Songs of Chu on All Fronts
si (4) mian (4) chu (3) ge (1)
Once, a leader of the kingdom of Chu, Xiang Yu (B.C.232-B.C.202) and his army were under siege from Liu Bang (B.C.256-B.C.195), a future emperor of the Western Han (206BC-25AD).
Like many a great man of ancient Chinese reportage, Liu Bang had one very able adviser in Zhang Liang. It was Zhang who had the idea of ordering Liu's soldiers to sing songs every night. But not just any old tune. The songs had to be native to the kingdom of Chu. Xiang Yu's soldiers mostly hailed from Chu. The songs not only made the men homesick, but created the fear that countless defeated brothers-at-arms had gone over to the other side.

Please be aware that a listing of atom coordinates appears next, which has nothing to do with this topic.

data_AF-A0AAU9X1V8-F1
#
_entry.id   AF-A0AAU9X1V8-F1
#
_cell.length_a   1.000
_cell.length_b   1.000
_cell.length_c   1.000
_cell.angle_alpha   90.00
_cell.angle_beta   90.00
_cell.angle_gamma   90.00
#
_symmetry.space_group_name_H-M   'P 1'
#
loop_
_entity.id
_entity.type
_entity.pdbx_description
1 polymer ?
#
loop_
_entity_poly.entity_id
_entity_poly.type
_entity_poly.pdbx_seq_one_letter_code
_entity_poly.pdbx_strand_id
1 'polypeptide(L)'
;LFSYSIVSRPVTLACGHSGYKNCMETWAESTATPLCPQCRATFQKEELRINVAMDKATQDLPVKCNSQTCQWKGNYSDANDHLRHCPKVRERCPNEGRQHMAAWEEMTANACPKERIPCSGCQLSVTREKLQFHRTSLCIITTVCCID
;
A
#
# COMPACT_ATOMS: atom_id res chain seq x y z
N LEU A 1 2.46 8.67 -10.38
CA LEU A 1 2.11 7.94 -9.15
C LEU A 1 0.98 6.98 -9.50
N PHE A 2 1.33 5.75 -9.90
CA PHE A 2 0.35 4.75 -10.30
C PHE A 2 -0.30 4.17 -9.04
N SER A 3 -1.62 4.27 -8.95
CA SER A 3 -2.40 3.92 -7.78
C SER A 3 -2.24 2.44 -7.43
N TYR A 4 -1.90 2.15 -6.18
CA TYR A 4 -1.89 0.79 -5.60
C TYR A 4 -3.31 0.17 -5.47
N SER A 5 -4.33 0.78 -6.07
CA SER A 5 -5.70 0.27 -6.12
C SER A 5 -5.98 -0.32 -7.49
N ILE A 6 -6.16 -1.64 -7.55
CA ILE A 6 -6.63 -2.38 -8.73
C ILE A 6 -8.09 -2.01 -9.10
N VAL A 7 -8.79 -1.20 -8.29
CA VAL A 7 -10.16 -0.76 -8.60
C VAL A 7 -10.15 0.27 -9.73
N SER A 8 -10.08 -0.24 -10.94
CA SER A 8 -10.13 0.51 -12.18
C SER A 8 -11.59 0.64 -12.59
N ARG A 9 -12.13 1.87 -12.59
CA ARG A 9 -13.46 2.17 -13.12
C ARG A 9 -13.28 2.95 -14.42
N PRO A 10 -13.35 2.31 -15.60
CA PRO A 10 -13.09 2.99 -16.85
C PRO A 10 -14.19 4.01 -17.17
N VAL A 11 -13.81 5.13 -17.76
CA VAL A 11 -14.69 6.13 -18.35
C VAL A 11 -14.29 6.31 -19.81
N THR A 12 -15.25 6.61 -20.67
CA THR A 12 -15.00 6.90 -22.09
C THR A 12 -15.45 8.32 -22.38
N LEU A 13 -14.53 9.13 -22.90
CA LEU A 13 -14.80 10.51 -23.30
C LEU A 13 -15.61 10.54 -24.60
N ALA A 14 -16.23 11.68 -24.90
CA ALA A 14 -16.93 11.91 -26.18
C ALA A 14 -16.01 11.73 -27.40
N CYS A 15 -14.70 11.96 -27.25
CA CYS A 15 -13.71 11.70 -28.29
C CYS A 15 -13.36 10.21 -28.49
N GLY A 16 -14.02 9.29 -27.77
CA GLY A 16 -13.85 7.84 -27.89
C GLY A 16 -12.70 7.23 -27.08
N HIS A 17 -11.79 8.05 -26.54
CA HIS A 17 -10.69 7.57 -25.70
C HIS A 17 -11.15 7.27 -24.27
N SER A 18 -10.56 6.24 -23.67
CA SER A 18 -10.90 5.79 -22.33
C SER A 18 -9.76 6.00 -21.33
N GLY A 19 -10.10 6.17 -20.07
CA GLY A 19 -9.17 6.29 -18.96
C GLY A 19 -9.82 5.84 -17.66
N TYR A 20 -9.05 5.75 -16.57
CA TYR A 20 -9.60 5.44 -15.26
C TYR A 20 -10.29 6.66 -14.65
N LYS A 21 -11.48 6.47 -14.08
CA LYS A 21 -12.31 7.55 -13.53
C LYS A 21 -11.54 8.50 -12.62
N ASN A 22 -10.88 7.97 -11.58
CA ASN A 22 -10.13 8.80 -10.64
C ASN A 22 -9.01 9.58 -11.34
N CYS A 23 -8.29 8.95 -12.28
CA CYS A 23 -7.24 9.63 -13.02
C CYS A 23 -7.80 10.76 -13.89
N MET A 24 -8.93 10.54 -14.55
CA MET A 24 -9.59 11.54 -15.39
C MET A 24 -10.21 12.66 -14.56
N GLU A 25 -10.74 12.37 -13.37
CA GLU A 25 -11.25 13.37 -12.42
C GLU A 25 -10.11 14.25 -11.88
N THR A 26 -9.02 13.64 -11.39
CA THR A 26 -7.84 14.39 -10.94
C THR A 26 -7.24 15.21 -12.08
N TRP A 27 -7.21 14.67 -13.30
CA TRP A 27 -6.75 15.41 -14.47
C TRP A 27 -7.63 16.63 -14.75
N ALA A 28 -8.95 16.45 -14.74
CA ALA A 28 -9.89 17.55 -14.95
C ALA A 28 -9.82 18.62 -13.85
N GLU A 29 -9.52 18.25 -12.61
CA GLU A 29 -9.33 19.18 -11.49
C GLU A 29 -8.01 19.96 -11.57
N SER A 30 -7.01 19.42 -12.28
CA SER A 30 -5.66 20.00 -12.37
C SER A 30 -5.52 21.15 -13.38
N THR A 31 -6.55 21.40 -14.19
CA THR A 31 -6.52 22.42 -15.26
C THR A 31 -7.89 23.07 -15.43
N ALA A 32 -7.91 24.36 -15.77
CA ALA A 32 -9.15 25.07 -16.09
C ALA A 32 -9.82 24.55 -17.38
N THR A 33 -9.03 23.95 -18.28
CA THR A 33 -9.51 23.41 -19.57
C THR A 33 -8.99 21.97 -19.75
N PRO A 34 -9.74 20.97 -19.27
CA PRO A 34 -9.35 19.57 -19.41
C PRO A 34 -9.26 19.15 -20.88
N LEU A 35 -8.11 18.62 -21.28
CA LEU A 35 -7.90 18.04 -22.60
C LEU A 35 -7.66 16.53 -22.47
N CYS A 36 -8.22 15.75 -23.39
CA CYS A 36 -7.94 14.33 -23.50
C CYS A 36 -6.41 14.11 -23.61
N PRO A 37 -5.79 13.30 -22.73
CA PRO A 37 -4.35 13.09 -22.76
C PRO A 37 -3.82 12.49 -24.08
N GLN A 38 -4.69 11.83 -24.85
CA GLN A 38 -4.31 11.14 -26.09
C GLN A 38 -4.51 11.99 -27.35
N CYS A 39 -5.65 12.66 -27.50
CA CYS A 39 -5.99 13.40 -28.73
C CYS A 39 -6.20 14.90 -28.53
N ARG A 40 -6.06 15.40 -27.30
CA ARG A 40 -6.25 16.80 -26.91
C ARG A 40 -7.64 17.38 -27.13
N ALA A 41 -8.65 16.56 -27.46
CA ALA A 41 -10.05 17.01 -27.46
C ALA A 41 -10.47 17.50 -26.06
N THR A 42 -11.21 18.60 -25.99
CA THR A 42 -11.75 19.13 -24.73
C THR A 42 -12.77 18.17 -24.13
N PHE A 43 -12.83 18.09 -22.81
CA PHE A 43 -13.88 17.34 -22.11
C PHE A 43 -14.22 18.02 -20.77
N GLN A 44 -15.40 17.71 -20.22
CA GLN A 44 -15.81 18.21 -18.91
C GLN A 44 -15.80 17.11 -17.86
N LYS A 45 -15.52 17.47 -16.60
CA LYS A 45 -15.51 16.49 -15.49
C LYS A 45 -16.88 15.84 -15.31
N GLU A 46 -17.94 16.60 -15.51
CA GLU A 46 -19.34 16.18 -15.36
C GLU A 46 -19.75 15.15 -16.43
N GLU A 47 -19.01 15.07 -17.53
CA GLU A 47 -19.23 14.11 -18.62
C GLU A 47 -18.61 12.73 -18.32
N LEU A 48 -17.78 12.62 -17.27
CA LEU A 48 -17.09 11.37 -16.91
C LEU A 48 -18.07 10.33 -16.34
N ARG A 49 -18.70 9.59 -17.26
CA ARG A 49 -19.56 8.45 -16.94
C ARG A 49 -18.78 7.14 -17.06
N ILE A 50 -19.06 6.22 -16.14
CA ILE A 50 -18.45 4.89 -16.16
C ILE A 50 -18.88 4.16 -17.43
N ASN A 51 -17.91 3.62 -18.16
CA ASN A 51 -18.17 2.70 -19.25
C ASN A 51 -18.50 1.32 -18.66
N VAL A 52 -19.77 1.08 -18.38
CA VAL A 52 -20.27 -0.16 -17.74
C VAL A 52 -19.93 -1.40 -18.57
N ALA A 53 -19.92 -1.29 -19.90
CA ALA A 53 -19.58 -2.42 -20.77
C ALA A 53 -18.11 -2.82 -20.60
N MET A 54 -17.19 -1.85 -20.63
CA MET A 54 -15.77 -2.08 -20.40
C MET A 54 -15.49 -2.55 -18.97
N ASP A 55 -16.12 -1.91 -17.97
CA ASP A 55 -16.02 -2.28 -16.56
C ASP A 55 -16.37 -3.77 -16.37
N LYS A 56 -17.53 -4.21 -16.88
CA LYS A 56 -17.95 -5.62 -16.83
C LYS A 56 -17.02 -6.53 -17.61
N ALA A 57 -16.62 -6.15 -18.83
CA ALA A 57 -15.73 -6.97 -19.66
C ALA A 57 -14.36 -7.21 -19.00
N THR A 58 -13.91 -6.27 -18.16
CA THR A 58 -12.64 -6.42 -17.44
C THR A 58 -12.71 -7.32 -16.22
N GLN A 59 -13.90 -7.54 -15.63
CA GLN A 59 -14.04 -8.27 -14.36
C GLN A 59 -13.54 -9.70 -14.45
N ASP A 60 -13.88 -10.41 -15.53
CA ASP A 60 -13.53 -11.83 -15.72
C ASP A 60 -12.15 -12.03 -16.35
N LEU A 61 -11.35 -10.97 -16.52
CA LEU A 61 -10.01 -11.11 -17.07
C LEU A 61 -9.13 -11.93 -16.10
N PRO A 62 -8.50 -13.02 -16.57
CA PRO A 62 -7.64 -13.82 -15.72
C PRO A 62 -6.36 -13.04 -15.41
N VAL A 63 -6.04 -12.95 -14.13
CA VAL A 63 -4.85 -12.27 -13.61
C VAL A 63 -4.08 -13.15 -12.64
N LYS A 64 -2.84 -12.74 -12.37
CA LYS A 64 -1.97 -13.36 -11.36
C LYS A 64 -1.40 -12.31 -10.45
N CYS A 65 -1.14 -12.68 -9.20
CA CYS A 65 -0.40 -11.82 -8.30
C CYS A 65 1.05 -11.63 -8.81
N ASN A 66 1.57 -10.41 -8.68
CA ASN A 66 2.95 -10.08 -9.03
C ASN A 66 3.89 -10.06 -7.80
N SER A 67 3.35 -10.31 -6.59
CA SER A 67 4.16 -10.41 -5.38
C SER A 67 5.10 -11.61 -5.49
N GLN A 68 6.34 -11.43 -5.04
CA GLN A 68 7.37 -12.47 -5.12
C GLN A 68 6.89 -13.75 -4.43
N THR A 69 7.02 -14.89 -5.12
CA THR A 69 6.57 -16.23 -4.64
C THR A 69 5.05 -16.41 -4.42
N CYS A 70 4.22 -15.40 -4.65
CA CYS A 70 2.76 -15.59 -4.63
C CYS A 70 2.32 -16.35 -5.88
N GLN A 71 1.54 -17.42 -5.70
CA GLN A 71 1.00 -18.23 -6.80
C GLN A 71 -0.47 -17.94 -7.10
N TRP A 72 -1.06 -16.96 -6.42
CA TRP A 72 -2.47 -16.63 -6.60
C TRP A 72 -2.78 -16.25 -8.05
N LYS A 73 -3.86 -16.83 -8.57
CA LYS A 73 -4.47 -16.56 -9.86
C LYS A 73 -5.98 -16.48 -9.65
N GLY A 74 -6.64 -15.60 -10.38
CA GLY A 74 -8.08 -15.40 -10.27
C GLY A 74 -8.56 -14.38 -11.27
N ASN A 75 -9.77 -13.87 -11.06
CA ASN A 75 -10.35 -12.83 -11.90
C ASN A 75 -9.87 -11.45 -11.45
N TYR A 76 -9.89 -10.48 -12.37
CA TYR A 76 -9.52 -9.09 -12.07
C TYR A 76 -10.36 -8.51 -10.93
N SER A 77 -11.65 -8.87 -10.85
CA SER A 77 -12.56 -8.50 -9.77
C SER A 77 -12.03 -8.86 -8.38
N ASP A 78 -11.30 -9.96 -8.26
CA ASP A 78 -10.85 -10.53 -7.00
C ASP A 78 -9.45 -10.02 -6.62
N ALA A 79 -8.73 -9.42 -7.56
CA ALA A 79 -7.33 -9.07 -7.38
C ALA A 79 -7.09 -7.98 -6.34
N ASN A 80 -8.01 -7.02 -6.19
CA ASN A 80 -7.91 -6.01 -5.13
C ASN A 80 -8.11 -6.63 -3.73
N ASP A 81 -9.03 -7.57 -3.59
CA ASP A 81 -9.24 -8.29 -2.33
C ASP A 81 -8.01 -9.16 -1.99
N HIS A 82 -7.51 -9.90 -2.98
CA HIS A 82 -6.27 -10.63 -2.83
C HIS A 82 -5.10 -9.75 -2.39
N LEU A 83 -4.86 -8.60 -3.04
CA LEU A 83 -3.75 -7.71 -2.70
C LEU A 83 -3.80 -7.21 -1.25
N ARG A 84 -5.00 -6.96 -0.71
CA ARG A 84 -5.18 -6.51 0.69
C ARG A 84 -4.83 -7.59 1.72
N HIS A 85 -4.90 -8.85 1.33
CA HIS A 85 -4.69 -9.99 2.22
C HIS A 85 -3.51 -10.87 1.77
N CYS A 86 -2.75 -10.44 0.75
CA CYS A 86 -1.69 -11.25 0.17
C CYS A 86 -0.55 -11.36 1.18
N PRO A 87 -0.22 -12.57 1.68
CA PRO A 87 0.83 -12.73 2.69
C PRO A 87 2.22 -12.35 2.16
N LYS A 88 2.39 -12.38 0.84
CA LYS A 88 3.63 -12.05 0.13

One night, Xiang Yu himself started listening closely to the songs and gradually fell prey to the feeling his entire homeland must have been razed by Liu Bang. Overcome with emotion, he killed himself by the banks of the Wujiang River.
Since then, this idiom has been used to refer to a person suffering in isolation.